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Get an Eiffel of this – Paris’ famous tower … yours for just £307m

25 January 2012 No Comment

A marvellous vision, money and man-power. That’s what it took for architects with a dream to create many of the world’s most wonderous landmarks. From Paris’ Eiffel Tower to India’s Taj Mahal, these structures dominate not just the skyline but a country’s very identity, going from functional to fully-fledged tourist attractions in their own right.

But was it money well spent? And more to the point, who on earth came up with the idea in the first place?

1. The Eiffel Tower, Paris

Cost in 1889: 8 million francs (around £260,000) / Estimated cost to build today: Around £307m (Source)

from the blog www.stuckincustoms.com

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Just imagine the wonderment, surprise and awe Parisians felt in 1889 when Alexandre Gustave Eiffel unveiled his famous tower, at its time the tallest structure in the world at 985ft high.


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Crafted from over 18,000 pieces of wrought iron by a 300-strong workforce, the Eiffel Tower was created originally by Eiffel as an enchanting entrance archway for France’s Exposition Universelle – a world fair marking the centennial celebration of the French Revolution.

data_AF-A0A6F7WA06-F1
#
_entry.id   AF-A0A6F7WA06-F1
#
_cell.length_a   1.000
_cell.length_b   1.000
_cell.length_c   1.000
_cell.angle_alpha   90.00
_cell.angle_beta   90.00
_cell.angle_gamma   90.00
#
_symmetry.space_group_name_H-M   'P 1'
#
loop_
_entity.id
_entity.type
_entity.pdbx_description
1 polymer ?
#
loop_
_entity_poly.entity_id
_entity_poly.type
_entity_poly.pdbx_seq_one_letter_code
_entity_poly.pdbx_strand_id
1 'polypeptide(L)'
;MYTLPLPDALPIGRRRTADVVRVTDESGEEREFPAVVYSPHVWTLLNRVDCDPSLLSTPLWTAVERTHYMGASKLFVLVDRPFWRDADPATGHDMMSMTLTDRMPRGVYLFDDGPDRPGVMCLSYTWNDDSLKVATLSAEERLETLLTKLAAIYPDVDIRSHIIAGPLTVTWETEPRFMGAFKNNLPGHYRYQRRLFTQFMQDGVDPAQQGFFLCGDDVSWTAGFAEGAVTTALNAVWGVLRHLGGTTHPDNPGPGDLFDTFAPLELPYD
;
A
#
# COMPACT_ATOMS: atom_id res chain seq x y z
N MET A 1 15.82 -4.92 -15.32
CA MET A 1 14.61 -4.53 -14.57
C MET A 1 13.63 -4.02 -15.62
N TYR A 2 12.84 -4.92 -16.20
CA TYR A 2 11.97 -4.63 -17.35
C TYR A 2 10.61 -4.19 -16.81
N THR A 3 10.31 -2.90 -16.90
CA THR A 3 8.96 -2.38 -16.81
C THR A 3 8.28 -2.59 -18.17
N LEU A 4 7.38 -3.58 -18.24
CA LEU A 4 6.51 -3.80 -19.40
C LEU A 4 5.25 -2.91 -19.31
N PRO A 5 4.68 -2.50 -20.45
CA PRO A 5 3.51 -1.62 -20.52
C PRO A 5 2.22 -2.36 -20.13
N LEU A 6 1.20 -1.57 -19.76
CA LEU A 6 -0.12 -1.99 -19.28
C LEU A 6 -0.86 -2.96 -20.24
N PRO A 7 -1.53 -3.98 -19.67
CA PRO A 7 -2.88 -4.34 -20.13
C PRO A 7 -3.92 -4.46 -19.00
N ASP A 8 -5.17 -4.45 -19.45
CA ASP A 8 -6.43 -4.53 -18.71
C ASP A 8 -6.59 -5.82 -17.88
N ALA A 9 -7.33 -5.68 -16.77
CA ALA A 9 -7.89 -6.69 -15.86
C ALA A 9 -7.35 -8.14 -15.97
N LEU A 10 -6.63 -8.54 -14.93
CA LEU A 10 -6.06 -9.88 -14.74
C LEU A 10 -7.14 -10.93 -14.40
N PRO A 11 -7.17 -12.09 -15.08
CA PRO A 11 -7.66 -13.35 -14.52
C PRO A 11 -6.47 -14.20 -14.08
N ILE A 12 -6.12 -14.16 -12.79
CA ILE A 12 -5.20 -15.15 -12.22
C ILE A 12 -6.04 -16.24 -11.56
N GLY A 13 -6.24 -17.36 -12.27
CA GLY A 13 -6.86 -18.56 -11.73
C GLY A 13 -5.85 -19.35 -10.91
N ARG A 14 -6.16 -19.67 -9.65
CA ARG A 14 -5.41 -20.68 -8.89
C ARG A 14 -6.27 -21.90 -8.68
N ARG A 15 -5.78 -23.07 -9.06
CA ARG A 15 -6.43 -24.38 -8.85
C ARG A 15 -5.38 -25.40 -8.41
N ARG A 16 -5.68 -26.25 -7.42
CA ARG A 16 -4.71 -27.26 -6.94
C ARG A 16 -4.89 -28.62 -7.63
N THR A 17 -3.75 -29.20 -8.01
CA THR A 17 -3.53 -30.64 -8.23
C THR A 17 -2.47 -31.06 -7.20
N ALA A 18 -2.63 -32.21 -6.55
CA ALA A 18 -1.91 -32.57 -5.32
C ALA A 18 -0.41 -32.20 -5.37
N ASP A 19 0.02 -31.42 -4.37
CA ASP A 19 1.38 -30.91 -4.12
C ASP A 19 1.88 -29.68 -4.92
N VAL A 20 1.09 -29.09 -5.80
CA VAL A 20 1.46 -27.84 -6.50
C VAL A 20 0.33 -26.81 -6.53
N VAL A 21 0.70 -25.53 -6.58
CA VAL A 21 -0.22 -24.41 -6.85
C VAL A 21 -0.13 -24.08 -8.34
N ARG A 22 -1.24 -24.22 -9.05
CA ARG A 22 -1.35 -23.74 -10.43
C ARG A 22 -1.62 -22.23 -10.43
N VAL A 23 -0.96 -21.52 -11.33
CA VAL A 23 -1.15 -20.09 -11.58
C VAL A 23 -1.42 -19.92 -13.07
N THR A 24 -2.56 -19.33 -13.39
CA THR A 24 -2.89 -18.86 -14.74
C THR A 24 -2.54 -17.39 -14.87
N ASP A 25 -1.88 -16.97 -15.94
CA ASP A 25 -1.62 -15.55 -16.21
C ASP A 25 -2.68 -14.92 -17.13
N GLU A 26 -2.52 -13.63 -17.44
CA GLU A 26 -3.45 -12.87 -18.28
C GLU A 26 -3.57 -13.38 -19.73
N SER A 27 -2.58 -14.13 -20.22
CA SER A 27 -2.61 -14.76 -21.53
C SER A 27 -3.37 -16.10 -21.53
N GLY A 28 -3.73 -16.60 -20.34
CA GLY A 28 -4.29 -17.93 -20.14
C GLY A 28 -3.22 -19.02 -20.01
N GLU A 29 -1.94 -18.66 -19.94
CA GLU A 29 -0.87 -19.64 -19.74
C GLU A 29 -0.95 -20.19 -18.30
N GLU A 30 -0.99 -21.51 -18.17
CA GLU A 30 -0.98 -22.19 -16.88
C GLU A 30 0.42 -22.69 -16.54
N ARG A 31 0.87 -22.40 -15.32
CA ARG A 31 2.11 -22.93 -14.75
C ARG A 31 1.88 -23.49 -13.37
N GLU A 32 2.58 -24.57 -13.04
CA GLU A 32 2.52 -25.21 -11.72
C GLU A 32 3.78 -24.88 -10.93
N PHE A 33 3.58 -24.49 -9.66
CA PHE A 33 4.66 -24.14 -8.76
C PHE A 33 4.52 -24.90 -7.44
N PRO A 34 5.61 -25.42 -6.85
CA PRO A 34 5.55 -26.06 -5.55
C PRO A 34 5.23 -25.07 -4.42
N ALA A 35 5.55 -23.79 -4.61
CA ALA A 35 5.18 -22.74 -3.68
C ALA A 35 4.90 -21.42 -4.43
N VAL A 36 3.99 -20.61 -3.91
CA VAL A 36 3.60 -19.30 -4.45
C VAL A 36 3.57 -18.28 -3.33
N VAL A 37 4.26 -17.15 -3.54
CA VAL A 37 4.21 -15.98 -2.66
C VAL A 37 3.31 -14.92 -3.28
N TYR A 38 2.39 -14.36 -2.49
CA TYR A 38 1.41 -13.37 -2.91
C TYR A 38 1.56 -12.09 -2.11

At a cost of eight million francs, or around £260,000, it was money well spent. The Eiffel Tower is the most-visited paid-for monument in the world, and is one of the most recognisable symbols across the globe, not just of Paris but France itself. That’s plenty of fans for your francs.

2. Taj Mahal, India

Cost in 1653: 32m rupees approx (around £4.8m) / Estimated cost to build today: Around £678m (Source)


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The Taj Mahal is not only the Eighth Wonder of the World but is literally a real architectural treasure. Built by Mughal emperor Shah Jahan as an ornate tomb for his beloved third wife, Mumtaz Mahal, the Taj Mahal, which was completed in 1653, is made entirely of pure marble and soft stone.